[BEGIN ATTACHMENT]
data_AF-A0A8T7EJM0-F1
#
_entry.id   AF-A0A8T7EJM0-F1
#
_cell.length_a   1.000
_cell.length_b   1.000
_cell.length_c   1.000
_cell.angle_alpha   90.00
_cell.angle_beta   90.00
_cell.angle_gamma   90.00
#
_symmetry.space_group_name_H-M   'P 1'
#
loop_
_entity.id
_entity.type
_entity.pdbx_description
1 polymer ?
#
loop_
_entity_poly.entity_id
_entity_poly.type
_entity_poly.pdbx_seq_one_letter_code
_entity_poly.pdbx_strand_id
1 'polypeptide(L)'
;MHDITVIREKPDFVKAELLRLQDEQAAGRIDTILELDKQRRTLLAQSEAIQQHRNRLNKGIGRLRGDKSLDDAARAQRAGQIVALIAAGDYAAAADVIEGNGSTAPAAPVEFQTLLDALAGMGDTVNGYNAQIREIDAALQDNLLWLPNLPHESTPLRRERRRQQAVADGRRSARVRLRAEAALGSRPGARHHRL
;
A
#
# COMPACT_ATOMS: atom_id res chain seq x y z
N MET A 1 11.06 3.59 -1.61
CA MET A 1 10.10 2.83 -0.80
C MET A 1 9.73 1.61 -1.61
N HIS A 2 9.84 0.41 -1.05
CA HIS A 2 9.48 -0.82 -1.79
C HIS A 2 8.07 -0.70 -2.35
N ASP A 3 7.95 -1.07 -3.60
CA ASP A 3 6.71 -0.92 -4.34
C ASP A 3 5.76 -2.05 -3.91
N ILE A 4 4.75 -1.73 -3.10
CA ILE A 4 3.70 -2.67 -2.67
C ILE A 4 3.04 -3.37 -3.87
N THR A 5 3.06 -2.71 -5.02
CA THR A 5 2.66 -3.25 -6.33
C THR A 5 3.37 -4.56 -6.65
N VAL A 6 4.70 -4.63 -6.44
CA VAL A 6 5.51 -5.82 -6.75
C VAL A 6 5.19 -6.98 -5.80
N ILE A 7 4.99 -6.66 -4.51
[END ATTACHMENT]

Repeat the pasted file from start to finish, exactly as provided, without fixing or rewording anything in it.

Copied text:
data_AF-A0A8T7EJM0-F1
#
_entry.id   AF-A0A8T7EJM0-F1
#
_cell.length_a   1.000
_cell.length_b   1.000
_cell.length_c   1.000
_cell.angle_alpha   90.00
_cell.angle_beta   90.00
_cell.angle_gamma   90.00
#
_symmetry.space_group_name_H-M   'P 1'
#
loop_
_entity.id
_entity.type
_entity.pdbx_description
1 polymer ?
#
loop_
_entity_poly.entity_id
_entity_poly.type
_entity_poly.pdbx_seq_one_letter_code
_entity_poly.pdbx_strand_id
1 'polypeptide(L)'
;MHDITVIREKPDFVKAELLRLQDEQAAGRIDTILELDKQRRTLLAQSEAIQQHRNRLNKGIGRLRGDKSLDDAARAQRAGQIVALIAAGDYAAAADVIEGNGSTAPAAPVEFQTLLDALAGMGDTVNGYNAQIREIDAALQDNLLWLPNLPHESTPLRRERRRQQAVADGRRSARVRLRAEAALGSRPGARHHRL
;
A
#
# COMPACT_ATOMS: atom_id res chain seq x y z
N MET A 1 11.06 3.59 -1.61
CA MET A 1 10.10 2.83 -0.80
C MET A 1 9.73 1.61 -1.61
N HIS A 2 9.84 0.41 -1.05
CA HIS A 2 9.48 -0.82 -1.79
C HIS A 2 8.07 -0.70 -2.35
N ASP A 3 7.95 -1.07 -3.60
CA ASP A 3 6.71 -0.92 -4.34
C ASP A 3 5.76 -2.05 -3.91
N ILE A 4 4.75 -1.73 -3.10
CA ILE A 4 3.70 -2.67 -2.67
C ILE A 4 3.04 -3.37 -3.87
N THR A 5 3.06 -2.71 -5.02
CA THR A 5 2.66 -3.25 -6.33
C THR A 5 3.37 -4.56 -6.65
N VAL A 6 4.70 -4.63 -6.44
CA VAL A 6 5.51 -5.82 -6.75
C VAL A 6 5.19 -6.98 -5.80
N ILE A 7 4.99 -6.66 -4.51